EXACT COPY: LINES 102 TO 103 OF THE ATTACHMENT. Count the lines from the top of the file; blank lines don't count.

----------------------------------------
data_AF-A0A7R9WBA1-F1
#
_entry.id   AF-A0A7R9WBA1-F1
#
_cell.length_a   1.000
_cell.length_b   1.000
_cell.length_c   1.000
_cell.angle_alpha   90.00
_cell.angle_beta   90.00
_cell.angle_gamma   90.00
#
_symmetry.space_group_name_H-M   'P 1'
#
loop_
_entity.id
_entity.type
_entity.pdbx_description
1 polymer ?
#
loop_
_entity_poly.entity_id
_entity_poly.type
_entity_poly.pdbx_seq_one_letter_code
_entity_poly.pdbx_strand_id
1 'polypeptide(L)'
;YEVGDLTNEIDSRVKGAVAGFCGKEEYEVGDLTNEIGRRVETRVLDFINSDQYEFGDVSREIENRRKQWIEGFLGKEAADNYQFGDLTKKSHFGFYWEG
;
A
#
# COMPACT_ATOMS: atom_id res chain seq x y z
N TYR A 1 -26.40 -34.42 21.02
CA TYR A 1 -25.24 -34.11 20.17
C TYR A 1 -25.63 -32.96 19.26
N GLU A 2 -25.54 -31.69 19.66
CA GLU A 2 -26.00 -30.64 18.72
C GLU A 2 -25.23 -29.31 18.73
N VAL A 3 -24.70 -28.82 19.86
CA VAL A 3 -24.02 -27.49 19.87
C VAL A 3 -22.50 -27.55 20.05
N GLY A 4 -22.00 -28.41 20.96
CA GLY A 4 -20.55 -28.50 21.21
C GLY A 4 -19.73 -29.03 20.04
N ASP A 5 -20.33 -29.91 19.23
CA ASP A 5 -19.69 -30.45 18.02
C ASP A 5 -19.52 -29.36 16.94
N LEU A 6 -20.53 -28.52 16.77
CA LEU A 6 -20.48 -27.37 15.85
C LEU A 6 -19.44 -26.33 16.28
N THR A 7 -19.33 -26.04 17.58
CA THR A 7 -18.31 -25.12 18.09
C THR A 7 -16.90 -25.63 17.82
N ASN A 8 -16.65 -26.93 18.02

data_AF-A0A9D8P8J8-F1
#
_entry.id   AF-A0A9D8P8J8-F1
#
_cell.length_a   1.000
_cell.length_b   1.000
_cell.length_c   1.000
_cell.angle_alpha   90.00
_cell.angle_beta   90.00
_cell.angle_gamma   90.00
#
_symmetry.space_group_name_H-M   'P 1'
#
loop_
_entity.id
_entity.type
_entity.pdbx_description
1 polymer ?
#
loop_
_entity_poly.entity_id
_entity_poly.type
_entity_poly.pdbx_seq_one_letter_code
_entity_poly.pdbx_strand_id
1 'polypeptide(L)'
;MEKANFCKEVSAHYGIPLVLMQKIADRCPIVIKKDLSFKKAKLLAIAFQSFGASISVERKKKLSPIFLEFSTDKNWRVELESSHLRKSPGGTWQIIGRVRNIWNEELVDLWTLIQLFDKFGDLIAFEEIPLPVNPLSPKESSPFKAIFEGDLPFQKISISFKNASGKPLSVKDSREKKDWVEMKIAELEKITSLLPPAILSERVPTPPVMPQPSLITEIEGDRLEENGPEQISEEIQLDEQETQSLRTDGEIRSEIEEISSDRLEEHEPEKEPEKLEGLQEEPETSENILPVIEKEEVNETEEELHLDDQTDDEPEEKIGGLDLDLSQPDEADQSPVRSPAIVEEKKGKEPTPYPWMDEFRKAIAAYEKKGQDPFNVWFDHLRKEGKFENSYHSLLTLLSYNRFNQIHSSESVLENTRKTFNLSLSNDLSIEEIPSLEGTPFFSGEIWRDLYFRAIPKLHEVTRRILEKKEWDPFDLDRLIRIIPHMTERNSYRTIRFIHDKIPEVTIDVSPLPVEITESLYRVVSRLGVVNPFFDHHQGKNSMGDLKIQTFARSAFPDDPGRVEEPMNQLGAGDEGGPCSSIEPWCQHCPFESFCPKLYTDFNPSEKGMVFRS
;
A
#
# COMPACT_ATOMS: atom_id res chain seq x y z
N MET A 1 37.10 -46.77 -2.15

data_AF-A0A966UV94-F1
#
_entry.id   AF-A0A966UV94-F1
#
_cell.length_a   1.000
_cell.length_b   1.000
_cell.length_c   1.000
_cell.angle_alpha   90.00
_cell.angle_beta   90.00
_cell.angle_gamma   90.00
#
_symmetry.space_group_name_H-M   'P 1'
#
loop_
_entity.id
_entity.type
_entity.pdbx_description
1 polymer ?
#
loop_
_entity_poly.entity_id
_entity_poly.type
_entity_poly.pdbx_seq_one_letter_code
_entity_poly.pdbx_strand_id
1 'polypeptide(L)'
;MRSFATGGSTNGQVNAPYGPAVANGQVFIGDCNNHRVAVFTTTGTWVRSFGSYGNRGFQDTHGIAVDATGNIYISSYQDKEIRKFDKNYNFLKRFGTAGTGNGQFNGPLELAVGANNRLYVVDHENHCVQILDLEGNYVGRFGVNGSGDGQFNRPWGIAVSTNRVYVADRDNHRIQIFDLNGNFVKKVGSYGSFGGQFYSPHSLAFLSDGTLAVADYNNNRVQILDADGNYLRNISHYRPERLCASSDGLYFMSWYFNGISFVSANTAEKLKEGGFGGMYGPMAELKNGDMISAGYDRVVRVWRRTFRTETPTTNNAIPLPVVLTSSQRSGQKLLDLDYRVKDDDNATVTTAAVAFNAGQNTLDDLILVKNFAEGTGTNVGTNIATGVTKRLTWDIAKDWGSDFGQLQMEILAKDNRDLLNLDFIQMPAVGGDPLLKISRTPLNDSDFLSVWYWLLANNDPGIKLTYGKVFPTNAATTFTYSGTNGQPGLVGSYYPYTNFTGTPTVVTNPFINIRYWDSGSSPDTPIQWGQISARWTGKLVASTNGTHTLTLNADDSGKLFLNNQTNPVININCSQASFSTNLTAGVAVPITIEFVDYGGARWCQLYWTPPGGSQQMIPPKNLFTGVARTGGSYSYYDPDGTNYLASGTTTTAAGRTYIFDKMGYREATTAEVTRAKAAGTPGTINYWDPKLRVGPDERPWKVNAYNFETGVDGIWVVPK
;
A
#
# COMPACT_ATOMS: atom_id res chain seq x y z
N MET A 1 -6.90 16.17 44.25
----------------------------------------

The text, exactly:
#
loop_